On the surface, the principles of majority rule and the protection of individual and minority rights would seem contradictory. In fact, however, these principles are twin pillars holding up the very foundation of what we mean by democratic government.
Majority rule is a means for organizing government and deciding public issues; it is not another road to oppression. Just as no self-appointed group has the right to oppress others, so no majority, even in a democracy, should take away the basic rights and freedoms of a minority group or individual. Minorities -- whether as a result of ethnic background, religious belief, geographic location, income level, or simply as the losers in elections or political debate -- enjoy guaranteed basic human rights that no government, and no majority, elected or not, should remove. Minorities need to trust that the government will protect their rights and self-identity. Once this is accomplished, such groups can participate in, and contribute to their country's democratic institutions. Among the basic human rights that any democratic government must protect are freedom of speech and expression; freedom of religion and belief; due process and equal protection under the law; and freedom to organize, speak out, dissent, and participate fully in the public life of their society. Democracies understand that protecting the rights of minorities to uphold cultural identity, social practices, individual consciences, and religious activities is one of their primary tasks. Acceptance of ethnic and cultural groups that seem strange if not alien to the majority can represent one of the greatest challenges that any democratic government can face. But democracies recognize that diversity can be an enormous asset. They treat these differences in identity, culture, and values as a challenge that can strengthen and enrich them, not as a threat. There can be no single answer to how minority-group differences in views and values are resolved -- only the sure knowledge that only through the democratic process of tolerance, debate, and willingness to compromise can free societies reach agreements that embrace the twin pillars of majority rule and minority rights.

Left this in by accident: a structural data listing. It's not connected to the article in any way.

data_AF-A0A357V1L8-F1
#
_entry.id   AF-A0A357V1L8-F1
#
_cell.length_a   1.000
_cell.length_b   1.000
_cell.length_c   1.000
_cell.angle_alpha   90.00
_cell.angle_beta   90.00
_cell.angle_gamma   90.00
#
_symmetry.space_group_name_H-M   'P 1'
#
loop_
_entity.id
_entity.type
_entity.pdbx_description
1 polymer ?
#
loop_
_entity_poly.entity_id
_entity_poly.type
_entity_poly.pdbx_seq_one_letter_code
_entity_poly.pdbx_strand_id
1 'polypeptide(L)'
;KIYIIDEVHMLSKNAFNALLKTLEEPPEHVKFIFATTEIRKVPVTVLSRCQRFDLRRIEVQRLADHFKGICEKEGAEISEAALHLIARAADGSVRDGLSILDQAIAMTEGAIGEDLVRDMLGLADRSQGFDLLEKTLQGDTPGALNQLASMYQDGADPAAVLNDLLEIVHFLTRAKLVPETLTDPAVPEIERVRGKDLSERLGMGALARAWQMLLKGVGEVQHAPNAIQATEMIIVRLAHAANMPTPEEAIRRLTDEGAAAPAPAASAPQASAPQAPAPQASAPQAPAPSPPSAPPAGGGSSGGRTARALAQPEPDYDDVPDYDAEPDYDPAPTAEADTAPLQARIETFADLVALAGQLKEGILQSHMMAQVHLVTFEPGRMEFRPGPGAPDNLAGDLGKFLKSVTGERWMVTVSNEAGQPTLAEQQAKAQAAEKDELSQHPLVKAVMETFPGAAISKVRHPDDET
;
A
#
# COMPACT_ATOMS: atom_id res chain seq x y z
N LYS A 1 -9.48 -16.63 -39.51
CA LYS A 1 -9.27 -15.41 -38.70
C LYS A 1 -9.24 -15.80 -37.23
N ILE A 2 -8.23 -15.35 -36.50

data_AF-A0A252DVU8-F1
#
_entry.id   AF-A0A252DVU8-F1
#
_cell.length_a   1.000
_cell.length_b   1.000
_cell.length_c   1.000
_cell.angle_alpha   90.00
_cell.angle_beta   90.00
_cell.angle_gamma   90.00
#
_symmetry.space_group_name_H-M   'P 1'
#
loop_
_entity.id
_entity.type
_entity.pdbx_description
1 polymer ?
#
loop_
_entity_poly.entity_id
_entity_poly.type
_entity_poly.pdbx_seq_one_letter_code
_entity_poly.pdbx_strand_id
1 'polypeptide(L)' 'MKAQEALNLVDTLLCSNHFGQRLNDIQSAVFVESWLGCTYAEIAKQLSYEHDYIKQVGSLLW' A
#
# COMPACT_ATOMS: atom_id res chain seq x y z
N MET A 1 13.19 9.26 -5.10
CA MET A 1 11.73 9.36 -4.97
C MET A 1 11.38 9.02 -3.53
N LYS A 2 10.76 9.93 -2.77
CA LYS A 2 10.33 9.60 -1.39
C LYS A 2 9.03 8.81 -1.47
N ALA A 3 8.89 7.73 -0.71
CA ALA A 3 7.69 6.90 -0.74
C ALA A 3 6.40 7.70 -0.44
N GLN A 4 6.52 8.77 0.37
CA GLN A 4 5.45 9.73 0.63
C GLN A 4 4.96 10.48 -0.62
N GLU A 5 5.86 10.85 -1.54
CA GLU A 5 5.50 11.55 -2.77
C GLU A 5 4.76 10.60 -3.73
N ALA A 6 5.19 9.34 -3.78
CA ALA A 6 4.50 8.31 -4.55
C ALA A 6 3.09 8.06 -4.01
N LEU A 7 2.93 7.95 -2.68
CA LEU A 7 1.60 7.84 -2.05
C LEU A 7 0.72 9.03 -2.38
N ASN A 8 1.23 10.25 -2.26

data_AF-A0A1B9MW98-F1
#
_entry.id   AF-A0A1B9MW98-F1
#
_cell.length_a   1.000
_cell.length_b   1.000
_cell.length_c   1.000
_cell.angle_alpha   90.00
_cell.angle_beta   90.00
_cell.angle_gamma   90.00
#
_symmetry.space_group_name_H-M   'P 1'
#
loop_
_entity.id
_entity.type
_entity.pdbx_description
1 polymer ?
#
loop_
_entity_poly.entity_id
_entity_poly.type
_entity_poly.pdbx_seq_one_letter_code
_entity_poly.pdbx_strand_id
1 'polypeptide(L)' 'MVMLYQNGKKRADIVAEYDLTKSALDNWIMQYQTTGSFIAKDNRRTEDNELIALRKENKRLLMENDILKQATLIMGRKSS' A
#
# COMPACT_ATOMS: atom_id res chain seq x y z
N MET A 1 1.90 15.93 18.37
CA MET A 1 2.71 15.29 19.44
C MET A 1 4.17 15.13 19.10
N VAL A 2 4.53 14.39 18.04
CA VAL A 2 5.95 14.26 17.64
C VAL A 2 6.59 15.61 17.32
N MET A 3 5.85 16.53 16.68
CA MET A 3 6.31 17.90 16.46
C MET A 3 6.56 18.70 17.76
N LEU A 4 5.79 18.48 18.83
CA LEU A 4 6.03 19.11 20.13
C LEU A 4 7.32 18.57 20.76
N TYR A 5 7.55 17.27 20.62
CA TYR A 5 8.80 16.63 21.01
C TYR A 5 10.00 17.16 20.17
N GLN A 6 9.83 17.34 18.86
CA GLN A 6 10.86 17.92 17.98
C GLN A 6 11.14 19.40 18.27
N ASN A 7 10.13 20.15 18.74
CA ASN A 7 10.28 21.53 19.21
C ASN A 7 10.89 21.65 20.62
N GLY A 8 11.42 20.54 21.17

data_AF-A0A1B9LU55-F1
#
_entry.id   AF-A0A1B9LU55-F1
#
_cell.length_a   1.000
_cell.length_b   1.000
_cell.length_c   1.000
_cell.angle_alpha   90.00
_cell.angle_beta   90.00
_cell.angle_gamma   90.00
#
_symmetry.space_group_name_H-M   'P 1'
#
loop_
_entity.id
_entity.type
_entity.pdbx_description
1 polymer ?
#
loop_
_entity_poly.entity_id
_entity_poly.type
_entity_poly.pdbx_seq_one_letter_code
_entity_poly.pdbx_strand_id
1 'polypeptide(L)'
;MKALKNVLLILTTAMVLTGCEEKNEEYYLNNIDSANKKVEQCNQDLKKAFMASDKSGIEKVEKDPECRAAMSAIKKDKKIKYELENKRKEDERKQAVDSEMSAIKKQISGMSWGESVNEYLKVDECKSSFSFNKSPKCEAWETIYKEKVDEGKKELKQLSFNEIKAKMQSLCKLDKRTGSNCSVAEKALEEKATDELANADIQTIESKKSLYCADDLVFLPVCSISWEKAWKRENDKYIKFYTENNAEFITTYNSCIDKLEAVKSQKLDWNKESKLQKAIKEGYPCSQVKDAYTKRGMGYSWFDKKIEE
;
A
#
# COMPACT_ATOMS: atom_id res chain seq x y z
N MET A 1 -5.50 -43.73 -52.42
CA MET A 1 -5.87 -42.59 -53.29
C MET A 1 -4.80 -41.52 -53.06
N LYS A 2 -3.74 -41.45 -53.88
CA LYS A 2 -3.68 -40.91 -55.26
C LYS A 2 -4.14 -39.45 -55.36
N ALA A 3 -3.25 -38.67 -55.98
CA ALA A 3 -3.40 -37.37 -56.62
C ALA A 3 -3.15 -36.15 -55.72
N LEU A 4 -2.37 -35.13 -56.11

U-bots will claim that the NEA does this, but I disagree. Vehemently.
For starters, the NEA is entitled to my money--whether or not I want them to have it. They can vote all they want what to do with my money, but the fact that they get it against my will is tyranny.
I do not believe the NEA will protect my individual rights and self-identity, since the very idea of a labor union is that we're all one and speak with one voice. The NEA has no outreach to people of my political persuasion--and why should they? They get my money anyway. If I had remained a union member I wouldn't have minority status, I'd have invisible status. Yet even after resigning, they still get my money.
If you've ever seen a union at work, you'll know that dissent is never tolerated. Don't believe me? Shame on you. (Updated link here.)
Incidentally, did you know that according to the National Institute for Labor Relations Research, that during the period 1975-1993 (the last time period for which I have found data), NEA ranked as the most violent public-sector union? I didn't, either, but I do now.
How can all this be fixed? Hayek answered that question decades ago in The Constitution of Liberty:
[T]he coersion of employers would lose most of its objectionable character if unions were deprived of this power to exact unwilling support.
I've said it before, several times:
Every (non-military) American has a right to join a union. Every American has a right not to join a union. Every American should have the right not to be required to support a union financially.
It must be this way if free will and freedom of association are to have any meaning at all.